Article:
A large number of genes displayed correlations between their expression levels and cell cycle phase, while the number of correlations between expression level and cell size was fewer (Table 1 and Table S2). However, even for the genes with highest correlations we observed large overlap in gene expression levels among individual cells of different cell cycle phases and cell sizes (Figures 2C, 3C, 4C and Table S2). To further analyze the relations between gene expression and cell cycle phase respective cell size we applied the supervised random forests learning algorithm. This strategy generated a multi-gene signature that optimally separated pre-defined cell populations. Further, to identify the most predictive genes we applied RFE. Most of the predictive genes were similar in MLS 402-91 and MCF7, while MSC displayed a different gene list. Some genes, including CCNB1 and MKI67, were predictive in all three cell lines. The RFE results showed that none of the measured genes alone or in combination could predict all cells into correct cell cycle phase or cell size in any cell line.

By excluding non-informative genes in the PCA we identified distinct G1′ subpopulations in both MLS 402-91 and MCF7. The G1′ subpopulations were characterized by low total transcript levels and downregulation of several proliferation associated genes. We speculate that these G1 phase cells are cells that have recently divided (Martinsson et al., 2005). One gene, MCM6, was upregulated in MLS 402-91, while downregulated in MCF7. MCM6 belongs to the MCM gene family, where the MCM complex is loaded on chromatin exclusively during the G1 phase with help of other proteins, including CDT1 and CDC6 (Shetty et al., 2005). Interestingly, the second most upregulated gene in the MLS 402-91 G1′ subpopulation was CDT1, further indicating that the MCM complex may be differently regulated in MLS 402-91 compared to MCF7. The heterogeneously MCM6 expression also translated into variable protein expression levels. Transcript data suggest that the cells with high MCM6 protein level in MLS 402-91 correspond to the G1′ subpopulation, while the opposite seems true for MCF7. Further, analyses are needed to define the cell line specific regulation of MCM genes.

A single parameter is easier to visualize and interpret than a multi-gene signature. Hence, we developed a cell cycle index to illustrate cell cycle progression. The index shows that cells are in continuous transition throughout the cell cycle until mitosis. In MLS 402-91 and MCF7 we observed a distinct cell cycle index crossover point for cells that were in the G1 to S phase transition (Figures 6A–B). We speculate that this cell cycle index breakpoint is related to the G1 restriction check point (Lubischer, 2007). The identified G1′ subpopulations in MLS 402-91 and MCF7 were characterized by low indexes, illustrating that these cells are not likely to enter the S phase in the near future. However, further analysis of more cell lines in different conditions, degree of differentiation and various genetic backgrounds is needed to determine general cell proliferation constraints. In addition, whole transcriptome analysis would most likely reveal more predictive genes allowing for a more detailed understanding of cell transitions between cell cycle phases.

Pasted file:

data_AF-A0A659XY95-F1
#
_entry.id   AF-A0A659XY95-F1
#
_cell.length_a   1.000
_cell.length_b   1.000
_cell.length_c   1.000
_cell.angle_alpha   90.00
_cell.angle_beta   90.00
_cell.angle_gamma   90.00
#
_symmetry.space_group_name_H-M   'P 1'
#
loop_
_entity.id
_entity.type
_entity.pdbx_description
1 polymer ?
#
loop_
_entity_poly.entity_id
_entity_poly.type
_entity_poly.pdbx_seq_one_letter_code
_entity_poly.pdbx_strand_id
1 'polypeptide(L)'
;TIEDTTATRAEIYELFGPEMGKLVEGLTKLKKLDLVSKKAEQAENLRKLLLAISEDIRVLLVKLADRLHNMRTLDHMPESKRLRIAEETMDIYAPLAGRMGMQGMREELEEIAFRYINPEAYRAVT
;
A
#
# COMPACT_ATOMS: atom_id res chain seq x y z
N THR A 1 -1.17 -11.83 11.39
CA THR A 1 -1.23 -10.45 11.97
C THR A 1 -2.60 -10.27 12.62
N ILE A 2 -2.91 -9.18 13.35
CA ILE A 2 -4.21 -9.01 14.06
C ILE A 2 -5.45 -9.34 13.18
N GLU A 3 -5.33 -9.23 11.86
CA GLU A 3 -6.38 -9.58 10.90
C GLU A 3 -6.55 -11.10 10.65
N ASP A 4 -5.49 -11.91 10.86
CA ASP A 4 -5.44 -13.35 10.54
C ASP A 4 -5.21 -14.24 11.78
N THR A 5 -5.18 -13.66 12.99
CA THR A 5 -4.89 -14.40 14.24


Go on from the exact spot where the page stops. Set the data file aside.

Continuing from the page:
Author Contributions

AS conceived and designed the study. AS, SD, NA, CV, TT performed the experiments. AS, JC, WL performed data analysis. All authors were involved in data interpretation and manuscript drafting. All authors approved the final manuscript.

Funding

Barncancerfonden, BioCARE, Cancerfonden, Johan Jansson Stiftelsen för tumörforskning och cancerskadade, Sahlgrenska Akademin-ALF, Stiftelsen Assar Gabrielssons Fond, Stiftelserna Wilhelm och Martina Lundgrens Vetenskapsfond, VINNOVA, Åke Wiberg Stiftelse.

Conflict of Interest Statement

The authors declare that the research was conducted in the absence of any commercial or financial relationships that could be construed as a potential conflict of interest.

Acknowledgments

We acknowledge the Centre for Cellular Imaging at the Sahlgrenska Academy, University of Gothenburg for imaging support and Dr. Daniel Andersson at the Sahlgrenska Cancer Center, University of Gothenburg, Gothenburg, Sweden for comments on the manuscript draft.

Supplementary Material

The Supplementary Material for this article can be found online at: http://journal.frontiersin.org/article/10.3389/fgene.2017.00001/full#supplementary-material

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Keywords: cell cycle, cell size, single-cell gene expression, machine learning, variable selection, random forests, cell subpopulations, cell transitions

Citation: Dolatabadi S, Candia J, Akrap N, Vannas C, Tesan Tomic T, Losert W, Landberg G, Åman P and Ståhlberg A (2017) Cell Cycle and Cell Size Dependent Gene Expression Reveals Distinct Subpopulations at Single-Cell Level. Front. Genet. 8:1. doi: 10.3389/fgene.2017.00001

Received: 07 June 2016; Accepted: 06 January 2017;
Published: 25 January 2017.

Edited by:

Xinghua Pan, Yale University, USA

Reviewed by:

David Loose, University of Texas Medical School, USA
Haiying Zhu, Second Military Medical University, China

Copyright © 2017 Dolatabadi, Candia, Akrap, Vannas, Tesan Tomic, Losert, Landberg, Åman and Ståhlberg. This is an open-access article distributed under the terms of the Creative Commons Attribution License (CC BY). The use, distribution or reproduction in other forums is permitted, provided the original author(s) or licensor are credited and that the original publication in this journal is cited, in accordance with accepted academic practice. No use, distribution or reproduction is permitted which does not comply with these terms.

*Correspondence: Julián Candia, julian.candia@nih.gov
Anders Ståhlberg, anders.stahlberg@gu.se